Mumbai attack mastermind and Jamat-ud-Dawa chief Hafiz Saeed underwent angioplasty at a hospital here after he complained of chest pain, officials said on Friday.
Saeed, a UN designated terrorist whom the US has placed a USD 10 million bounty on, was last month sentenced to 11 years in jail in two terror financing cases. The 70-year-old fiery cleric was arrested on July 17 and is lodged at the high-security Kot Lakhpat jail here.
Saeed on Thursday complained of chest pain. Doctors at the Kot Lakhpat Jail Lahore examined him and termed it angina pain. They referred him to the Punjab Institute of Cardiology (PIC) where he underwent the procedure of angioplasty, an official of the Punjab government told PTI.
After the procedure, Saeed was shifted to coronary care unit (CCU) of PIC. Saeed is likely to be shifted back to jail on Saturday, the official said. The founder of Lashkar-e-Taiba has been kept in the hospital in high security.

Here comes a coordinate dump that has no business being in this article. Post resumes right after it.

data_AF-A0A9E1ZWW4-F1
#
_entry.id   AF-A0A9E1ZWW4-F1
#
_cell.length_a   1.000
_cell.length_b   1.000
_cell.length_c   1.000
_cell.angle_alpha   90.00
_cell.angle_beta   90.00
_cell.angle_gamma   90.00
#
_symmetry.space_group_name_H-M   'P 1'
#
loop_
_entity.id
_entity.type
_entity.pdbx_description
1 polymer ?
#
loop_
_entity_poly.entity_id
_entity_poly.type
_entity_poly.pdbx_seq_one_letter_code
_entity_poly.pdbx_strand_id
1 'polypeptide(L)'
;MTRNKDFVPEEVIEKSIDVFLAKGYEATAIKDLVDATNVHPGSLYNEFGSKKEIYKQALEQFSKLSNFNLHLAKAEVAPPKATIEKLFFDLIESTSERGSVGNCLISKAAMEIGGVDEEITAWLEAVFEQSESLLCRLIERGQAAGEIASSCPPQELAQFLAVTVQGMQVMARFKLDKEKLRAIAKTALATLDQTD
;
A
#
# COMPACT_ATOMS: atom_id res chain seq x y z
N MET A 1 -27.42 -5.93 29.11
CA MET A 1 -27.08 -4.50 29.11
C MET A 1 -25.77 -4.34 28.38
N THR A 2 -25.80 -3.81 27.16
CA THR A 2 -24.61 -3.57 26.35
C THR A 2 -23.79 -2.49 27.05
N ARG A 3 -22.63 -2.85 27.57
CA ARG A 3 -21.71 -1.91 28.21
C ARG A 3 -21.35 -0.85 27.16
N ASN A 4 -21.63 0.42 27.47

Lahore's anti-terrorism court Judge Arshad Hussain Bhutta sentenced Saeed and his close aide Zafar Iqbal to five and a half years each and imposed a fine of Rs 15,000 in each case. A total of 11 years sentence will run concurrently.
The Counter Terrorism Department (CTD) of Punjab police had registered 23 FIRs against Saeed and his accomplices on the charges of terror financing in different cities of the province.
Saeed-led JuD is the front organisation for the LeT which is responsible for carrying out the 2008 Mumbai attack that killed 166 people, including six Americans.
The US named Saeed as a Specially Designated Global Terrorist, and the US, since 2012, has offered a USD 10 million reward for information that brings Saeed to justice. He was listed as a terrorist under the UN Security Council Resolution 1267 in December 2008.
The US welcomed the conviction of Saeed and described it as an "important step forward" for Pakistan in meeting its international commitments to combat terror financing and not to allow non-state actors to operate from its soil.
The crackdown on Saeed's outfit last year followed a warning by the international terror financing watchdog to Pakistan to deliver on its commitments to curb terror financing and money laundering.
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